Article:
Note: I hope I can post this blog. My connection to Red Room has been acting up and I have not been able to be as interactive with all my friends as I would like to be. So here goes.............
Blog the day away..........wish I could. But the article on Dunsandle Castle weighed heavily on my mind. The commitment to Malcolm (my neighbour) was, perhaps, more than I could deliver. But, I tend to do that, back away from expectations, do better when nothing is actually expected of me. A terrible confession, but true. I knew too, that if the article has any chance of publication, that it has to be submitted sooner than later. The season is running out fast for pieces of this ilk and soon more serious articles will take over the broad sheets. So, the morning was spent swiftly attacking the basic household chores and finally I could announce that I was heading upstairs to write ''THE'' aforementioned piece.
I swear my house was populated by church mice at eleven a.m. today. People stole through the halls like monks on retreat. Not a sound rang out apart from a dog barking now and then and the faint lowing of a cow that could be heard coming from the nearby meadow. I put my head down, rifled through my copious chaotic notes, tried to form some sort of pattern, a voice to convey the castle in all its glory, without it sounding too historic, too factual. Two hours later I felt I had a grasp on the mould, though rough around the edges,it held potential. I figured one more hour or so and it will be ready for submission. I felt elated, relieved, somewhat delighted really.
I decided what better way to celebrate than to head back to where I picked the last batch of blackberries. I figured they were bound to be plentiful and guaranteed to produce at least another six jars of jam. But when I got there the berries disappointed. They were either barely ripe or so beyond ripeness that they looked dead and grey. I gave up and headed for home. Still, reluctant to give way to not getting what I wanted, I made my way down to the back fence and there they were, ripe, huge and black as coal as they practically fell from the brambles begging to be picked. Without much effort involved, I gathered a hefty bucket full by bending myself down into the bog grass and casting it to one side to discover the bounty that nestled in its folds. I picked despite the strong gale that blew in from the sea. There was nothing to disturb my efforts. No sounds at all, not even a cow, not even a voice or a car, only my thoughts coming in spurts, intermittently to speak of the castle and form more coherent sentences.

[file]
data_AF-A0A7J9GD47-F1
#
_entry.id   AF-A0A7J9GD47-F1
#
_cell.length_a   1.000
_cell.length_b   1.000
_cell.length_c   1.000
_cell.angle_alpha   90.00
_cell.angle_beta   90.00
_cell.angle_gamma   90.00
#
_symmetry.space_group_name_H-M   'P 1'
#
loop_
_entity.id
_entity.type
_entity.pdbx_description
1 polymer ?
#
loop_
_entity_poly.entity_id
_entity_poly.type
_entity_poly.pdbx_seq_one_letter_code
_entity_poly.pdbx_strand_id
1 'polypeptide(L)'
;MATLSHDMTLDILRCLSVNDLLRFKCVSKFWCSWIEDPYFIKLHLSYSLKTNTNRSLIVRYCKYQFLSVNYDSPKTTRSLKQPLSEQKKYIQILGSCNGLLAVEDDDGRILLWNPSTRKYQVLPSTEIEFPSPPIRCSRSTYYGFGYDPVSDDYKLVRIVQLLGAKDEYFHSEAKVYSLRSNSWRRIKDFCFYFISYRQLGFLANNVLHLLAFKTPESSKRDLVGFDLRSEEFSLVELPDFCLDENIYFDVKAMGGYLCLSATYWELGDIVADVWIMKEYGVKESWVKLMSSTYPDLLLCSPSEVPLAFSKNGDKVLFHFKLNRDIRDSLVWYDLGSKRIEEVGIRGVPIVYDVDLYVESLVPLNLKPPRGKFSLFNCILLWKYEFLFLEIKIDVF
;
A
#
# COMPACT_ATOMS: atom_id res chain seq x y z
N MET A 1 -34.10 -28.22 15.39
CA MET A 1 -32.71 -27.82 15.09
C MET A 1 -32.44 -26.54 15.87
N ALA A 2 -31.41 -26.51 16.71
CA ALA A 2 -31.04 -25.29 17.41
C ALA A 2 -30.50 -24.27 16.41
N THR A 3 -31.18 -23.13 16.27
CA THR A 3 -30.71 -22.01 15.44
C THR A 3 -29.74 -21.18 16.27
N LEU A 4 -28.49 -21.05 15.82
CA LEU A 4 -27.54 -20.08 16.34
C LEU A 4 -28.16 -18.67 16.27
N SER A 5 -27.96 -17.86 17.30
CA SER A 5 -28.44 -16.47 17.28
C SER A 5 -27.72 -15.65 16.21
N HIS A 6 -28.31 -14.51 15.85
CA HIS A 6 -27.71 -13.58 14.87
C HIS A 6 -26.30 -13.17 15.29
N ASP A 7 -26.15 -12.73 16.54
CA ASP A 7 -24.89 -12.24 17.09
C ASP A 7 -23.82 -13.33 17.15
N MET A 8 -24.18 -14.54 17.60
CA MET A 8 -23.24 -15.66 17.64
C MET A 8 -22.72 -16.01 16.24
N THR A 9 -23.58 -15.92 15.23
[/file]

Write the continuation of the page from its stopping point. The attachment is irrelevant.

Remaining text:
When I got into the house I began to make the jam. I was thinking about the gathering process of the berries, how you have to look from different angles. Sometimes, it is when you look back or turn back, that you see what you have missed. When you don't come on something straight away, then, it is then, you seek the other possibility, you look at something upside down and then you find, the ripening thoughts that are already there but where from an odd angle as the sun might catch them, gleaming like purple and black berries, you see what was already there but what might have missed if you had not decided to stray.
© Mary Wilkinson, 2009